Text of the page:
Tuesday, July 23, 2024
HomenewsA New Bill Creates the New Jersey Siblings Bill of Rights.

A New Bill Creates the New Jersey Siblings Bill of Rights.

S1034/A1357, a new bill from New Jersey that establishes the New Jersey Siblings’ Bill of Rights, amends the Child Placement Bill of Rights by adding a number of elements to improve sibling connections within the child welfare system and after placement.

The law intends to ensure that the department supports siblings who join the Child Welfare System and wish to continue their contact throughout placement. The bill recognises that children placed outside their homes have several rights related to maintaining sibling relationships, including the right to remain actively involved in their siblings’ lives and, where appropriate, to have their voices heard in the permanency planning process for their siblings.

In January 2020, the Office of Family Voice (OFV) of the Department of Children and Families (DCF) assembled a Youth Council consisting of 24 people ages 14 to 23 who are or have been involved with one of DCF’s programmes (such as Child Protection & Permanency or the Children’s System of Care).

The Youth Council identified challenges and objectives based on the lived experience of child welfare-involved youth during these meetings. The Youth Council’s leaders continually emphasised the importance of sibling connections for sustaining stability and assuring future success.

The NJ Governor and Legislature received suggestions from the Youth Council, which were emphasised in a video presentation by the Council to legislators.

In addition to creating the right for siblings to preserve their relationship and to have input into the permanency planning for their siblings, the bill includes the following rights for children placed outside their homes:

  • To have access to phone calls and virtual visits between face-to-face visits with their sibling;
  • To be placed in the closest proximity possible to other siblings who are not in out-of-home placement or if placement together is not possible, when it is in the best interests of the child;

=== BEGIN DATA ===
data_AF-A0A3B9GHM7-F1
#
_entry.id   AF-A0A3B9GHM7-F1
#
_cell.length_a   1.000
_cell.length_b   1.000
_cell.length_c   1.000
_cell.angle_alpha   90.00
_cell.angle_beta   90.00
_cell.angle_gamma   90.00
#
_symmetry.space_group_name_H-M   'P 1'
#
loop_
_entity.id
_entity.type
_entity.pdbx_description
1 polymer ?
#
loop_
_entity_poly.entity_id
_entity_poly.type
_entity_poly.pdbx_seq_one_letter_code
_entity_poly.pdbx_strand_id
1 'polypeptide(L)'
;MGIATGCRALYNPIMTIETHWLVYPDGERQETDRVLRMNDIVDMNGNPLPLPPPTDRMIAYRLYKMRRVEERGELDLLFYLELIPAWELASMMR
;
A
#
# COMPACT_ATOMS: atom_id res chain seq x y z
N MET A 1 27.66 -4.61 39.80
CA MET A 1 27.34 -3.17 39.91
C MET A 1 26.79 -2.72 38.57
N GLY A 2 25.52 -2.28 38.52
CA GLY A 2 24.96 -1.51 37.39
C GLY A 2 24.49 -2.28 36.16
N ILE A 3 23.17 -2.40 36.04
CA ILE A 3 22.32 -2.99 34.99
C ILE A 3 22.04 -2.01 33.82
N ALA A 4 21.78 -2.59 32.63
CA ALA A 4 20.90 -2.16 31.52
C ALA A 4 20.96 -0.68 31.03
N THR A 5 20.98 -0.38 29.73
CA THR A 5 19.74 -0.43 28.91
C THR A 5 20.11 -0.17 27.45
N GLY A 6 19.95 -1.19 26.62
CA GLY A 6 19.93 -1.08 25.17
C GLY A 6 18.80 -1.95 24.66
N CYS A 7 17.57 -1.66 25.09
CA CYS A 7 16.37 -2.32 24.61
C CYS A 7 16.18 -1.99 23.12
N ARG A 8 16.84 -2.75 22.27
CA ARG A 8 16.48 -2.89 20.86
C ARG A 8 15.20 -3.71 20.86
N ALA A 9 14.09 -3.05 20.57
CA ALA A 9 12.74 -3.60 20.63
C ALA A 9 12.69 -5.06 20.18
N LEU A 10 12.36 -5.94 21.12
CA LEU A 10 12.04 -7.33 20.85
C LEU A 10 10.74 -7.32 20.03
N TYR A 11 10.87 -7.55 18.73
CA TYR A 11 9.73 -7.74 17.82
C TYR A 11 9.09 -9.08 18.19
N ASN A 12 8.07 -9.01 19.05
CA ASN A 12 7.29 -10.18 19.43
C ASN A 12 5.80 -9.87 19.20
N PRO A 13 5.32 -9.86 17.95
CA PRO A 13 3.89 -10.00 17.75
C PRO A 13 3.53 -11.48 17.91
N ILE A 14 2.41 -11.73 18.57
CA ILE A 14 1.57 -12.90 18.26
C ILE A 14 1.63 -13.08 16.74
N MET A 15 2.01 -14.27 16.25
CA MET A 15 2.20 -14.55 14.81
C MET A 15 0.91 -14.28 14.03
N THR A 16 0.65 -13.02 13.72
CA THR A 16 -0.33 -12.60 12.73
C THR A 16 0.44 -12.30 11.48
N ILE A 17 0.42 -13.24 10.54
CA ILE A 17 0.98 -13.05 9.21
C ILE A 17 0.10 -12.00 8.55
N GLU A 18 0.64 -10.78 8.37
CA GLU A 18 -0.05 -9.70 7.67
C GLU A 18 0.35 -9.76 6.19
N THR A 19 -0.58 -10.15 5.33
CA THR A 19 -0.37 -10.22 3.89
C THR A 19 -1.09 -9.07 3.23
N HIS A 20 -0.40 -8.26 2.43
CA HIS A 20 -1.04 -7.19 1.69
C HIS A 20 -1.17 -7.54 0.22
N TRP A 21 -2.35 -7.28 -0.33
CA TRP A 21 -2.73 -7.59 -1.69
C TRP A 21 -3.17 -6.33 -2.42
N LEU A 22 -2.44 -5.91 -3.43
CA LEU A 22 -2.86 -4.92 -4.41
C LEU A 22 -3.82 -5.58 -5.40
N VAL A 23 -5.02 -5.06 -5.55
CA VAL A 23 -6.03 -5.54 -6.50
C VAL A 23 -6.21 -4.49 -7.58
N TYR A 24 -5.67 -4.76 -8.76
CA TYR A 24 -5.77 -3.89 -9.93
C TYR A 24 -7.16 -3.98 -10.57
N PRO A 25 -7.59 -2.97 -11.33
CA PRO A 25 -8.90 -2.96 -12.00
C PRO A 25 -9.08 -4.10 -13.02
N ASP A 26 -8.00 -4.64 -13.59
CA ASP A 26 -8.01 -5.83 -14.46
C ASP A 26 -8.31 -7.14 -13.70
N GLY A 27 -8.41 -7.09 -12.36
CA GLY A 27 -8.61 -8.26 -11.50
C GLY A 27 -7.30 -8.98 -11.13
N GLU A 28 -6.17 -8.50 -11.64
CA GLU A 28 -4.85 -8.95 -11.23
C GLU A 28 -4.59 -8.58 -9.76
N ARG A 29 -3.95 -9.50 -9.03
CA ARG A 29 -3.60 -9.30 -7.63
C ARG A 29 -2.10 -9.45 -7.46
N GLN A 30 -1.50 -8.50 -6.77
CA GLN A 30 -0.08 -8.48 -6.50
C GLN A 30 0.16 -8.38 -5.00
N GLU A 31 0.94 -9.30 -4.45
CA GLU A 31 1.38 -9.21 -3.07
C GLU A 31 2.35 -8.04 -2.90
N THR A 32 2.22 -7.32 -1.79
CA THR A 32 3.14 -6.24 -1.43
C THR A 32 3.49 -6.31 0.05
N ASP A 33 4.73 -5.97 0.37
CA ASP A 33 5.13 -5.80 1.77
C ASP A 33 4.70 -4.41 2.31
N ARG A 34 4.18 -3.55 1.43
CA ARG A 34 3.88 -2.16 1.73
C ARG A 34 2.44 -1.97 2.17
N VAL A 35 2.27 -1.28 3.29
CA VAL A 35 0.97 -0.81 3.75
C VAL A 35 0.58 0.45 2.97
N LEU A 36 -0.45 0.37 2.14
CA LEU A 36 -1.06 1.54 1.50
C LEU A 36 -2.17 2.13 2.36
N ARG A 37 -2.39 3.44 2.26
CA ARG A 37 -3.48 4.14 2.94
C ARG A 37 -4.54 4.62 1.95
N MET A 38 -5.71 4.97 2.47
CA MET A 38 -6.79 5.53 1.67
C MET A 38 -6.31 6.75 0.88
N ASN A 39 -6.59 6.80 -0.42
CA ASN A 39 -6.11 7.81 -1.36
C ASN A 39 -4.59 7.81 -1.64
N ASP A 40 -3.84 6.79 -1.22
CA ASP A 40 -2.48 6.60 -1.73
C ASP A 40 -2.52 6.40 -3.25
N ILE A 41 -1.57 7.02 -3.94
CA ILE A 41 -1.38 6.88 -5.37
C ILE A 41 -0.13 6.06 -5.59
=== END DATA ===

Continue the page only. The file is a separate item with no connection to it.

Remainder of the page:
• To have the recommendations and wishes of the child and of each sibling who participates in the permanency planning decision documented in the DCF case record and provided to the court;
  • To know, or be made aware by DCF, of expectations for continued contact with the child’s siblings after adoption or transfer of custody, subject to the approval of the adoptive parents or caregiver;
  • To be promptly informed about changes in sibling placements or permanency planning goals;
  • To be actively involved in the lives of the child’s siblings, e.g., birthdays, holidays, and other milestones;
  • To not be denied sibling visits as a result of behavioral consequences when residing in a resource family home or congregate care setting; and
  • To be provided updated contact information for all siblings at least annually, including a current telephone number, address, and email address, unless not in the best interests of one or more siblings.

Senator Joseph Vitale and Assemblywoman Gabriela Mosquera are the primary sponsors for this legislation. Senate Majority Leader Teresa Ruiz, Assemblywoman Carol Murphy, and Assemblywoman Lisa Swain are also principal sponsors.

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